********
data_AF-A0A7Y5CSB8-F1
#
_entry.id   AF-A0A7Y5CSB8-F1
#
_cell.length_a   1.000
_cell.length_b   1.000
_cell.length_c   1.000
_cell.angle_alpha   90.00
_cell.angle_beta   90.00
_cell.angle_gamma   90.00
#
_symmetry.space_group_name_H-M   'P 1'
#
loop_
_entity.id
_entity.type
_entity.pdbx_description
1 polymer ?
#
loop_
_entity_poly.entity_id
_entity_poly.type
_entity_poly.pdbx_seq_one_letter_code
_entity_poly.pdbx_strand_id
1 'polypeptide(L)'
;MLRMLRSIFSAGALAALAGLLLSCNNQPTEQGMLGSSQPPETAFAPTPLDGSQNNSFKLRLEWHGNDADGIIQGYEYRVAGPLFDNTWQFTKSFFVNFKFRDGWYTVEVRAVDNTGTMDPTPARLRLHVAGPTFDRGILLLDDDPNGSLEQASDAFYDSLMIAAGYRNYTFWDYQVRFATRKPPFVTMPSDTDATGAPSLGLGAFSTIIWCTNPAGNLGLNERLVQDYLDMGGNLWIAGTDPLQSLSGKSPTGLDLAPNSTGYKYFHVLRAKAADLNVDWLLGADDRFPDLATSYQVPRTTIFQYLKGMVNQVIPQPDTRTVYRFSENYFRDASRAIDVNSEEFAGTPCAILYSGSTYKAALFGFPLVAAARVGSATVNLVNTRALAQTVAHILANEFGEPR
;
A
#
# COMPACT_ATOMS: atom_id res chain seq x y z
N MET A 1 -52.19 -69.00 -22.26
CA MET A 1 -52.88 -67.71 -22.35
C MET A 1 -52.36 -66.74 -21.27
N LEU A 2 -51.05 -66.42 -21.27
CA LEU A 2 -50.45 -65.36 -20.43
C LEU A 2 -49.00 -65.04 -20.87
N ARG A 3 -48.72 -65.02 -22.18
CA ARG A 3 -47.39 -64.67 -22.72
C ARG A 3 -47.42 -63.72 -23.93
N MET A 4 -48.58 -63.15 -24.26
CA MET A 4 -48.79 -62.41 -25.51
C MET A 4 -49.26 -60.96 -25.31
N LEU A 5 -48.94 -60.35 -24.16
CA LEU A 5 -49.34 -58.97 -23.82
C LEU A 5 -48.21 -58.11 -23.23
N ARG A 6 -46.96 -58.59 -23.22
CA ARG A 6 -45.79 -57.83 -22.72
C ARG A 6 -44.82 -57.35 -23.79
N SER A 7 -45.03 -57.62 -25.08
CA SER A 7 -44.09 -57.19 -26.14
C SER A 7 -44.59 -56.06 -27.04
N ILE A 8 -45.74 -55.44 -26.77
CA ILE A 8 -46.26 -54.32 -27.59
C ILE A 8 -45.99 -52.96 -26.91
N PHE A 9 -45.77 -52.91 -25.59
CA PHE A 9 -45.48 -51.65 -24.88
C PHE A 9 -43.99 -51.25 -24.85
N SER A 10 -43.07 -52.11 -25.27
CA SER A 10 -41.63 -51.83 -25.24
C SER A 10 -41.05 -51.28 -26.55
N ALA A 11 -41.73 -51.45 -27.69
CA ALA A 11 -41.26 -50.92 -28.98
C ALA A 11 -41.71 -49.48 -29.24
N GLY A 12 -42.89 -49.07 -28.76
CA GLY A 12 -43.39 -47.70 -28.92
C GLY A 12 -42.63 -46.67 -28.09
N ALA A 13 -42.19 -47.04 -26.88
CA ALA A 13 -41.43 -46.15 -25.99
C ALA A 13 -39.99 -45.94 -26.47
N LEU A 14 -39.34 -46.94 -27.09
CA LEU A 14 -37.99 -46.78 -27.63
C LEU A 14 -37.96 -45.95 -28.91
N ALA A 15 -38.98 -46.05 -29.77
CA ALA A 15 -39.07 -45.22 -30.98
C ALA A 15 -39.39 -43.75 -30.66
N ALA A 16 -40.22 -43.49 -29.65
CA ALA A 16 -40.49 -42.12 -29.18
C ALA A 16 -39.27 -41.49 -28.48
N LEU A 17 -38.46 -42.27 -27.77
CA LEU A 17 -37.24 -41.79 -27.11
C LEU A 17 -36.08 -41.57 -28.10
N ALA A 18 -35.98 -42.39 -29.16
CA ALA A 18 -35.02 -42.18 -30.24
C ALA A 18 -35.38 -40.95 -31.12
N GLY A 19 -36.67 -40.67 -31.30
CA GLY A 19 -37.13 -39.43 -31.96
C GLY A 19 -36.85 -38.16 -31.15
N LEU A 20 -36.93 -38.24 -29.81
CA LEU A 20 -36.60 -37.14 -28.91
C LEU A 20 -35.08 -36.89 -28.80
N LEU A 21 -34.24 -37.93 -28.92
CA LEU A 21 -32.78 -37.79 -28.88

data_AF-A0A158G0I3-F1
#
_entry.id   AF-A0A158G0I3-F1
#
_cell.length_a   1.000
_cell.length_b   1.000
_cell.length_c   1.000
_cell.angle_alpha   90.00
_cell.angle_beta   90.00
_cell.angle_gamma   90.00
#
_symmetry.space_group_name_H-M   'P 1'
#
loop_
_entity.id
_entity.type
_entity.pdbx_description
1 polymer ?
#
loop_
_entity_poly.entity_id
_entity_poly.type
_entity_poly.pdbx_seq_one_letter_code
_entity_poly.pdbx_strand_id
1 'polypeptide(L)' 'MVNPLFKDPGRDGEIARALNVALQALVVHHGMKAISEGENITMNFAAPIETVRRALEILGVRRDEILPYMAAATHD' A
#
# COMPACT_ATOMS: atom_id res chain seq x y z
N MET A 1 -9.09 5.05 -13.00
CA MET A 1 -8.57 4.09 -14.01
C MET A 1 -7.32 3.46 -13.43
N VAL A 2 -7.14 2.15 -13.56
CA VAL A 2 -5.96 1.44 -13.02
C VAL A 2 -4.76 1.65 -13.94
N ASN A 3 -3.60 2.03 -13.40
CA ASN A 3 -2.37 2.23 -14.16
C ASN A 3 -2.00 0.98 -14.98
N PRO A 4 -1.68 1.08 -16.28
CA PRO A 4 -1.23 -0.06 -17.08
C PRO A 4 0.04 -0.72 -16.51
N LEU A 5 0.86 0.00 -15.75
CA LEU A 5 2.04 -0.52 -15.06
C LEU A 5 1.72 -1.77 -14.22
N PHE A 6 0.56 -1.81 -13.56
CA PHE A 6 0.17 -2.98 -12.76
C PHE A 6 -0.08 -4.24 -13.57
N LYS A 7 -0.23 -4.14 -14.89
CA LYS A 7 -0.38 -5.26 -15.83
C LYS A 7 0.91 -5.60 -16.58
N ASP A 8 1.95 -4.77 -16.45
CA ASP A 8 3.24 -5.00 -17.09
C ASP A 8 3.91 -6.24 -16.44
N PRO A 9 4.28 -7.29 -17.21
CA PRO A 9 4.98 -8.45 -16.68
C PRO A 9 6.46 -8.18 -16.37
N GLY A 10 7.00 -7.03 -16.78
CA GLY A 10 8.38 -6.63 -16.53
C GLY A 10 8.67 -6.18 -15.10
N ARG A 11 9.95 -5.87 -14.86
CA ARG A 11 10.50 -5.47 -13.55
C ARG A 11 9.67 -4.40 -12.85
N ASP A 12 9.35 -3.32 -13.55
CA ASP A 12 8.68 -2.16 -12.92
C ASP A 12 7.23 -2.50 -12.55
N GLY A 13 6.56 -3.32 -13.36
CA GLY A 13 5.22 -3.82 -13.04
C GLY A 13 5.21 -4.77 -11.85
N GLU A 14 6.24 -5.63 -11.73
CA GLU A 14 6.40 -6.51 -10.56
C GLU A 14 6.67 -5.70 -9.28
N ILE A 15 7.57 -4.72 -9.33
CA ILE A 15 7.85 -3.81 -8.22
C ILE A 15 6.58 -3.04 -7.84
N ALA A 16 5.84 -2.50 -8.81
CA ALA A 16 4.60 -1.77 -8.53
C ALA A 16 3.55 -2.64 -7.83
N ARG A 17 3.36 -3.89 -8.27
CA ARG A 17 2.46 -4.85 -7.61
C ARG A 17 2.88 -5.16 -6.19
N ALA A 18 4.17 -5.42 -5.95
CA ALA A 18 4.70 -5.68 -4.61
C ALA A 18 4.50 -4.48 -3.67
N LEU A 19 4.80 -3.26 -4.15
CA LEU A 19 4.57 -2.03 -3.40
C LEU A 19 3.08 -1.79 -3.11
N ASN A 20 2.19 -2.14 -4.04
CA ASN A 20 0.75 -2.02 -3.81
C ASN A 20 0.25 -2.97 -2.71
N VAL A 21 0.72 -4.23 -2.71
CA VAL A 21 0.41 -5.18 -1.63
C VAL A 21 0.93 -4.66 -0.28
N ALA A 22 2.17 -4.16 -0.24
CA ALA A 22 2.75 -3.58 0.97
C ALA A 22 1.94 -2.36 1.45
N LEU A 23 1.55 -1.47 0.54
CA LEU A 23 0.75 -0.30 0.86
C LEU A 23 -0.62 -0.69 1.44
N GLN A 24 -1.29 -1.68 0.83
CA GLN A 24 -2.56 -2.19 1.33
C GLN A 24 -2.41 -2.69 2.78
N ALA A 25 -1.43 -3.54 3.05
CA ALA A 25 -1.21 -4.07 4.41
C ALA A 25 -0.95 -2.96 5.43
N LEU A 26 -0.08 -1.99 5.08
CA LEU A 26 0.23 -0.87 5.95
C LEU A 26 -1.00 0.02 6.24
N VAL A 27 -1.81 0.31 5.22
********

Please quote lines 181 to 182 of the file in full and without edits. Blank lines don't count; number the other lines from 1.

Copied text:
CA VAL A 21 0.41 -5.18 -1.63
C VAL A 21 0.93 -4.66 -0.28